An Apache attack helicopter landed on board the UK Royal Navy’s newest aircraft carrier, HMS Queen Elizabeth for the first time, on June 3, to commence its preliminary ship integration testing.
The helicopter that conducted the first landing belonged to the British Army’s Attack Helicopter Force (AHF) and assigned to 656 Sqn Army Air Corps (AAC).
Under Joint Helicopter Command, the Attack Helicopter will begin a series of tests and evaluations in what is known as the Platform Ship Integration Testing or PSITs for short.
Over a three-day period, the Apache will be assessed for its compatibility with the ship’s operating systems – how it’s manoeuvred around the flight deck and in the cavernous hangars below, maintenance and arming, testing on the giant lifts which bring the aircraft up on deck, along with a host of other tests.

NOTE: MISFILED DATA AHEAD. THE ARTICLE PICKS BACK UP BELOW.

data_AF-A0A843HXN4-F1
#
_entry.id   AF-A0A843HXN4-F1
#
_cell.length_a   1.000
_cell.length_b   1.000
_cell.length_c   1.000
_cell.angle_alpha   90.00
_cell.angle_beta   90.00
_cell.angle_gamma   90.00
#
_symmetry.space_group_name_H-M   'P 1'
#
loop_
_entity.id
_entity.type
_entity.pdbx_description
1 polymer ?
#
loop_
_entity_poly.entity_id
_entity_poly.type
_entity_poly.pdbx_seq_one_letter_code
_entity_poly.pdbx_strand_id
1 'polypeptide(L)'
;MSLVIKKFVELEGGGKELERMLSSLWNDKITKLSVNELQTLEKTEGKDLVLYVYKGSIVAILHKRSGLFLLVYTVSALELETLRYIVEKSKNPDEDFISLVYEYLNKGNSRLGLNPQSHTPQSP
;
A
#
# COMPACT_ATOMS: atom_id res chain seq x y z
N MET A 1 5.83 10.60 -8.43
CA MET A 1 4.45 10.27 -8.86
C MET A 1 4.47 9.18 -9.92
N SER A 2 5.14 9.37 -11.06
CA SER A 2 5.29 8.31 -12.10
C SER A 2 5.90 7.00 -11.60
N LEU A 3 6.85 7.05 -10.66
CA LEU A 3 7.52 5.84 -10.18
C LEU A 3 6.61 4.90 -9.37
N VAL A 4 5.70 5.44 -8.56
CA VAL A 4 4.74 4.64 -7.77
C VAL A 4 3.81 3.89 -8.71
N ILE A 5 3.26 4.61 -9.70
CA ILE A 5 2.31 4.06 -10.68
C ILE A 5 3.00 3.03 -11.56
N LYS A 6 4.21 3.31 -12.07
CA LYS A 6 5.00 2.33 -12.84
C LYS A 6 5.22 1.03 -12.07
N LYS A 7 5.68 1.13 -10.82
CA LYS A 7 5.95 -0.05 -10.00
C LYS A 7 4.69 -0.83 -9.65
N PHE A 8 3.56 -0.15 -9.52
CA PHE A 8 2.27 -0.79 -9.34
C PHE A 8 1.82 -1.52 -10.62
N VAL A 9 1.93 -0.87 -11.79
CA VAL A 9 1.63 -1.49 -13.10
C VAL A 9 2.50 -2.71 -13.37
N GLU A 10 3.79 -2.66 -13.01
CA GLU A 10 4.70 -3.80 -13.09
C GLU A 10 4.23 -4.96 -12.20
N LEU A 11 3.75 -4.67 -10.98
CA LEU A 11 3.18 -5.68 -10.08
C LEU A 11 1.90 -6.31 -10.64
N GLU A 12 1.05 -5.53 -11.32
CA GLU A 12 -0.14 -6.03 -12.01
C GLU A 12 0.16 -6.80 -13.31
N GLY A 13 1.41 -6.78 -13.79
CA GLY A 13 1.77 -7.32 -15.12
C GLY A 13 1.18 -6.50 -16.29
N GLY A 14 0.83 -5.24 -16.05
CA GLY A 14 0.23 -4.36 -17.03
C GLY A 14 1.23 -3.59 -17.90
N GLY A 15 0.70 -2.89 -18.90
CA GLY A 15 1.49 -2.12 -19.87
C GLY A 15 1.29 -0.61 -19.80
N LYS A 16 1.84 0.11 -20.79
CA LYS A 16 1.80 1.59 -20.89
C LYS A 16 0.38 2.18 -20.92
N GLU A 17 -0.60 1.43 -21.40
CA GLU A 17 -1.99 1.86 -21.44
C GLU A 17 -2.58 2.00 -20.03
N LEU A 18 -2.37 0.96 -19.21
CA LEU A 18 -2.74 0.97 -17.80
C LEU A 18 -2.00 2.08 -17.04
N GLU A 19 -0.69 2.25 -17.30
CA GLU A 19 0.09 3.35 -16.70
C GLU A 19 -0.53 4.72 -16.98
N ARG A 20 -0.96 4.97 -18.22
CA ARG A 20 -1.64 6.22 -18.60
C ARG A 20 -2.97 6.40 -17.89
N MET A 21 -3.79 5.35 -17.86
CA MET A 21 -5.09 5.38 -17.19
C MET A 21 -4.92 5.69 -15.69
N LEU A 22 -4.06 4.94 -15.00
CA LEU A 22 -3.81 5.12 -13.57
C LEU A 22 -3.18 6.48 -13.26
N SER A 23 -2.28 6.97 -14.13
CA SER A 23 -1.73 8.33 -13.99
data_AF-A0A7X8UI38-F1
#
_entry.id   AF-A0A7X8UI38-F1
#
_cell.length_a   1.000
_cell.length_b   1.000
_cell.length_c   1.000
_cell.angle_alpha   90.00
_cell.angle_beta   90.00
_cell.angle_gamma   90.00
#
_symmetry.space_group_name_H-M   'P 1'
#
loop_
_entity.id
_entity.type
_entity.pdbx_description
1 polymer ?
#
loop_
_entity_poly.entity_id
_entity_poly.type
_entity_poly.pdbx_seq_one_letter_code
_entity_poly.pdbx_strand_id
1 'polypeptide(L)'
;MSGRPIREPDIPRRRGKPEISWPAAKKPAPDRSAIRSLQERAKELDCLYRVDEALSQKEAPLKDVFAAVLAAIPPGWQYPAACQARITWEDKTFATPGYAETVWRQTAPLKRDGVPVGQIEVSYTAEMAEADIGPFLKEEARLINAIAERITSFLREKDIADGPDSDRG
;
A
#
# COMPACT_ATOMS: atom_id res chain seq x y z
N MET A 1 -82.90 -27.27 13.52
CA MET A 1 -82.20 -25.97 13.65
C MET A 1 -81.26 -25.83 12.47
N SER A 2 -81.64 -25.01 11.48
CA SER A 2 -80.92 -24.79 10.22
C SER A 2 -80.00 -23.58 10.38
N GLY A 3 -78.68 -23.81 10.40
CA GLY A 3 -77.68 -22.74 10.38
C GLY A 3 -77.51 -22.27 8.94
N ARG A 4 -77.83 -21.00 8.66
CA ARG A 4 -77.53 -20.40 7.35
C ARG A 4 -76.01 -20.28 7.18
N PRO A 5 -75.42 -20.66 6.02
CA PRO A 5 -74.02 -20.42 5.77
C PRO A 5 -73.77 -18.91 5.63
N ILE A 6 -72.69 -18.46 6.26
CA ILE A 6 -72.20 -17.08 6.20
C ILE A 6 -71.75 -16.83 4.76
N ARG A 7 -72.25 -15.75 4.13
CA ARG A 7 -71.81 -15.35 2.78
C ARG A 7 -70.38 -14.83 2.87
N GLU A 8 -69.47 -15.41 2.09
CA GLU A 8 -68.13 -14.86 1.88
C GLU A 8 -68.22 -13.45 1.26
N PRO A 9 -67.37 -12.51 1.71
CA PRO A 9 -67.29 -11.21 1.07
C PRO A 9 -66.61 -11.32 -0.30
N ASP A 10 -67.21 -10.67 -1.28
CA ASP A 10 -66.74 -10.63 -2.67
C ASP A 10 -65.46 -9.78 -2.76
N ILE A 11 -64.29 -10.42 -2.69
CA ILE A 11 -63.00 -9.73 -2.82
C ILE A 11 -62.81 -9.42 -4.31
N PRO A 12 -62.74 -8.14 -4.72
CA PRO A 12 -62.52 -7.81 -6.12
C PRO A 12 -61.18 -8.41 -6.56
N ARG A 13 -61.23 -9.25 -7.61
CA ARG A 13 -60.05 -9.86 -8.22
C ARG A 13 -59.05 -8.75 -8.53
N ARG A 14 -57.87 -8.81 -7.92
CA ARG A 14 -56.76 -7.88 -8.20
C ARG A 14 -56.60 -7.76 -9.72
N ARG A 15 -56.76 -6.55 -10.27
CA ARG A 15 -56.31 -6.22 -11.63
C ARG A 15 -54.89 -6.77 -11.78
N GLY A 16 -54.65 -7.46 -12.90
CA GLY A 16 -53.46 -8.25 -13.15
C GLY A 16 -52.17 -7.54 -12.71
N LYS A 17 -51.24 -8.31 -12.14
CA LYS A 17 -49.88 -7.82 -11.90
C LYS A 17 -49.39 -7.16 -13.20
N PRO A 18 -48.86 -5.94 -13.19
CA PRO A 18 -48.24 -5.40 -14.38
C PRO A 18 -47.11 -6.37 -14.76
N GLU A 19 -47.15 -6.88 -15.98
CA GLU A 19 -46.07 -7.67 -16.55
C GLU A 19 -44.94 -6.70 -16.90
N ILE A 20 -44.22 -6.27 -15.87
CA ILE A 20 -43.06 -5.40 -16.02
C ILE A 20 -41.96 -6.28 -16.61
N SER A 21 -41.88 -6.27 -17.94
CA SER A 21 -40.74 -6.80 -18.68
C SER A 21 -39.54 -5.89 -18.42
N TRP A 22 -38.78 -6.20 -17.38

Once the PSITs have been successfully negotiated in Portsmouth, HMS Queen Elizabeth will take to sea with Apache aboard for its sea trials in July where it will conduct landings and take-offs from a pitching and rolling deck.
Only on completion of this, will the Apaches be officially certified to be able to operate from both HMS Queen Elizabeth and her sister ship HMS Prince of Wales, when she becomes operational.
HMS Queen Elizabeth, the 60,000-tonne flagship of the Royal Navy, recently passed her rigorous dry dock inspection at Babcock’s Rosyth dockyard in Scotland and returned to her homeport at HMNB Portsmouth.
The carrier is now in preparation for her deployment to the east coast of the USA later this year. ‘WESTLANT 19’ will include ‘operational testing’ with UK F-35B Lightning II fighter jets, following on from last’s year’s ‘developmental tests’ with US trials jets.